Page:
As a show of gratitude, I'll take up this daunting task you've set before me:

I don't care anymore about The Lord of the Rings. At first, what was promised to be a faithful fantasy adaptation seemed interesting, despite the fact that I wasn't able to get past page 120 in the first book without feeling utterly lost. The cast themselves seem able enough to carry the story, given a decent script and director, but that's not the case here. The characters are stiff as a board, and the dialogue borders on community theater melodrama. Peter Jackson has no idea how to handle a story of this magnitude, and hence covers up his ineptitude with constant epic wide shots and "ominous" close-ups on the ring. Trim out all the swooping shots of the landscape and cutaways to the EEEEVIL ring, and you lose a good hour of extraneous crap.

Dear Calvin:

Ditto. Is that an expression anymore? But, hey, I realize that there always has to be a "cool, new thing," whatever it may be. Star Warses or Matrixes or whatever. As Paul Simon says, "Every generation throws a hero up the pop charts." But this stuff now just isn't very good. I mean, I can completely go along with Dorothy in "The Wizard of Oz," and that's a fantasy, because I'm given Act I, in black & white, with her on the farm, and how she'd like to go over the rainbow somewhere, and how Mrs. Gulch wants to take her dog, and how she runs away and meets the fortune-teller ("Poor girl, I hope she gets home all right"), and by the time the twister comes and she gets knocked on the head, I completely empathize with her when she goes off into fantasy land. In "The Lord of the Rings," a ten-hour adaptation of three novels, they didn't think it was necessary to get me to know or care about their lead characters. Well, I'm sorry, but everything else is bullshit. It's frosting on a cardboard cake, and I'm not buying it even if everybody else is.

Josh

Name: Calvin Gray
E-mail: upon payment

Hark unto thee, Josh,

Salutations once again, from the jerk who suggested that you subject yourself to watching NARC (just to elaborate on how crap it was). Sorry about that.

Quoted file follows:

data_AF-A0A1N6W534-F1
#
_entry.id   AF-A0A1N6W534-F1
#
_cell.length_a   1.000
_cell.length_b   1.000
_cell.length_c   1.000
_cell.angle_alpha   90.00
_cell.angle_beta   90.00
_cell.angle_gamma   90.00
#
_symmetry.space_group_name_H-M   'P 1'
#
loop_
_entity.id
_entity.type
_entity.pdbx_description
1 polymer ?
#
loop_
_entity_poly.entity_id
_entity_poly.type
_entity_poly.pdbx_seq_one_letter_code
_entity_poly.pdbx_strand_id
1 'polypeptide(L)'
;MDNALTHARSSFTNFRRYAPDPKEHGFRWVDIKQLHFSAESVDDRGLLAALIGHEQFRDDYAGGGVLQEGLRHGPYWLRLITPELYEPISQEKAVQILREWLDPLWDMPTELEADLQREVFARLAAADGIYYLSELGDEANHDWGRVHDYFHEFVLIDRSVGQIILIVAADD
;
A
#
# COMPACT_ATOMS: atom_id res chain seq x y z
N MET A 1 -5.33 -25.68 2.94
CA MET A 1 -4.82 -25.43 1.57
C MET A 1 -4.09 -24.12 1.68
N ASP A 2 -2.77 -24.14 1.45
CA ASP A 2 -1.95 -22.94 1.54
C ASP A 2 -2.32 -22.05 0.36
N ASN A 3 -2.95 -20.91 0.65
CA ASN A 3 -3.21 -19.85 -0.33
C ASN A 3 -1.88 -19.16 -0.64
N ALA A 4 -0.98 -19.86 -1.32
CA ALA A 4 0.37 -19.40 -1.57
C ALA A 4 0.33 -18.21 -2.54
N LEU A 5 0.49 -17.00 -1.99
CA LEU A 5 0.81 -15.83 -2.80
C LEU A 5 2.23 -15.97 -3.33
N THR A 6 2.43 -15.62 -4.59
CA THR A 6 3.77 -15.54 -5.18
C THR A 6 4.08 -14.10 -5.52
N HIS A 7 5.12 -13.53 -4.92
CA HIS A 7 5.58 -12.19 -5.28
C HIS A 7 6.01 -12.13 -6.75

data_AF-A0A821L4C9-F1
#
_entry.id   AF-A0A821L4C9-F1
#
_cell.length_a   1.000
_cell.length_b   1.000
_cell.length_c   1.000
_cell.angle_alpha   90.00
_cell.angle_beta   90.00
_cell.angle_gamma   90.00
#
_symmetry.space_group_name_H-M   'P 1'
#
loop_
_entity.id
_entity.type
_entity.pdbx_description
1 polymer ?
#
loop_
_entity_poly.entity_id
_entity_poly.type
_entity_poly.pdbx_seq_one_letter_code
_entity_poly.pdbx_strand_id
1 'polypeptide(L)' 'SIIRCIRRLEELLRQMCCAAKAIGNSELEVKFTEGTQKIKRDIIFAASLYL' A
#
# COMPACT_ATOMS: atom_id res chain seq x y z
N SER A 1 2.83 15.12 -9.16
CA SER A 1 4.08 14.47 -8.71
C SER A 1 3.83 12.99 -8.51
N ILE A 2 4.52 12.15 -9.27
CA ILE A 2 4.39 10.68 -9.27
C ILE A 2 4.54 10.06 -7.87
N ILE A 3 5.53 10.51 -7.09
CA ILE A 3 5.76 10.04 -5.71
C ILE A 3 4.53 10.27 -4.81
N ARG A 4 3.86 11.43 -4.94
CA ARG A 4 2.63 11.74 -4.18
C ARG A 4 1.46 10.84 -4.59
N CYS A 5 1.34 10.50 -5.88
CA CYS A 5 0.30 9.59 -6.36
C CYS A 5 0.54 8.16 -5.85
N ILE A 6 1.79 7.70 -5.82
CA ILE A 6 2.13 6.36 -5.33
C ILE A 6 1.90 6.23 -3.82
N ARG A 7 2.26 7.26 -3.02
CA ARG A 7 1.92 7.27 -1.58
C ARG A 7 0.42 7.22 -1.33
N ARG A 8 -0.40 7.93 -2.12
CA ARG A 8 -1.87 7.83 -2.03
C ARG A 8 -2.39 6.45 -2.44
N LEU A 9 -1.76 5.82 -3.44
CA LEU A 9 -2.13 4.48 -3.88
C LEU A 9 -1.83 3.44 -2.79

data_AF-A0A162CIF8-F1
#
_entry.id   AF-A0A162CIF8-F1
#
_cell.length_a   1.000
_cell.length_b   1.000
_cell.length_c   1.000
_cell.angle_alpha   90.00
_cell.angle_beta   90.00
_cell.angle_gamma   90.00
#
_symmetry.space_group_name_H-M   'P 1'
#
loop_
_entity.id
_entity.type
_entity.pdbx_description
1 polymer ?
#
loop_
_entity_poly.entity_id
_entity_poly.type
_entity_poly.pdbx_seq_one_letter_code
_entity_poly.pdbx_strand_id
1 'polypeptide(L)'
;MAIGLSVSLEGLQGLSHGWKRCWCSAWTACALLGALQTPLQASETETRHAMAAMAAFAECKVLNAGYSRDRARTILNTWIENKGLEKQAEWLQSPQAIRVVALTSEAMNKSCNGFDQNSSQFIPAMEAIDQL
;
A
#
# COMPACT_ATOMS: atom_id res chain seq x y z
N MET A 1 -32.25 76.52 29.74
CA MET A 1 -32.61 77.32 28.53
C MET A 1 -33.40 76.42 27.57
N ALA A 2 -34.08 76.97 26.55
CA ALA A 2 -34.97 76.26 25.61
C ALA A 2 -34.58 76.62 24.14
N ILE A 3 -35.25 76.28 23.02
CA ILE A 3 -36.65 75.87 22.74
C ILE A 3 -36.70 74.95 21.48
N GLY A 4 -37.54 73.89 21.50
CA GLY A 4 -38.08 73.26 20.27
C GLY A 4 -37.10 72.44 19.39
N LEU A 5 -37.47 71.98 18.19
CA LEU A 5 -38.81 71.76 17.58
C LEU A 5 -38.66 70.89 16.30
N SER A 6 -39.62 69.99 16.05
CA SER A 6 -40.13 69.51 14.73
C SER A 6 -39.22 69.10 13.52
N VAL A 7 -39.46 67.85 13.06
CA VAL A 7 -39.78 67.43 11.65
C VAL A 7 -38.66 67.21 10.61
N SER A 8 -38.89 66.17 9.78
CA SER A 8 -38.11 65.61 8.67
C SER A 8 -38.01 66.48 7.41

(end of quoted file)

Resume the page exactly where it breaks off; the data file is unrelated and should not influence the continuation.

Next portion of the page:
But on the subject of analyzing films, I've noticed that you and I have the same distaste for the sycophantic movie critics judging our cinema as of late. Hardly any of them put real thought or value in the art of filmmaking, simply passing off movies that they didn't have too much of a problem sitting through with a pithy little quip. And one of the worst goddamn phrases in human history has to be "good, mindless fun."

It's guys like Roger "loves tits" Ebert and his motard cohort Roeper who perpetuate these lowered standards for films, and in turn lowered expectations of people. It's gotten to the point that the only people I trust are Leonard Maltin (who's been MIA from the game, making bumper ads for low-rent movie channels) and you, for the most part. So I've gotten into the habit of writing my own critiques, if only to establish my own firm viewpoints on movies. And I'm just fucking tired of my non-cinemaphile friends hassling me about my opinions on movies.

I've posted a couple of them in a Blog, because I'm too much of an idiot to wangle with HTML. If you're at all interested in reading them, perhaps to compare notes or give me pointers, I'd be much obliged.

I have one for Kill Bill (yes, I hated it):
http://www.livejournal.com/users/skunkparadox/2863.html

And another for The Station Agent:
http://www.livejournal.com/users/skunkparadox/1176.html

Hark back at you, Calvin:

I read the first 17 or so paragraphs of your "Kill Bill" review and bailed. I think you're trying a bit to hard to be witty, and I don't think you need to begin with the history of Quentin Tarantino at this late date, we all know it. You write well, and you've got emotion, so just tell me what you think and why. And since I haven't seen "Kill Bill," or the "The Station Agent," I can't comment on the validity of your opinions. For me anyway, this is a contentious issue -- state in a paragraph what you think of the "Lord of the Rings" movies (as I did a minute ago), and you don't need to give me a bio of Tolkein or Peter Jackson.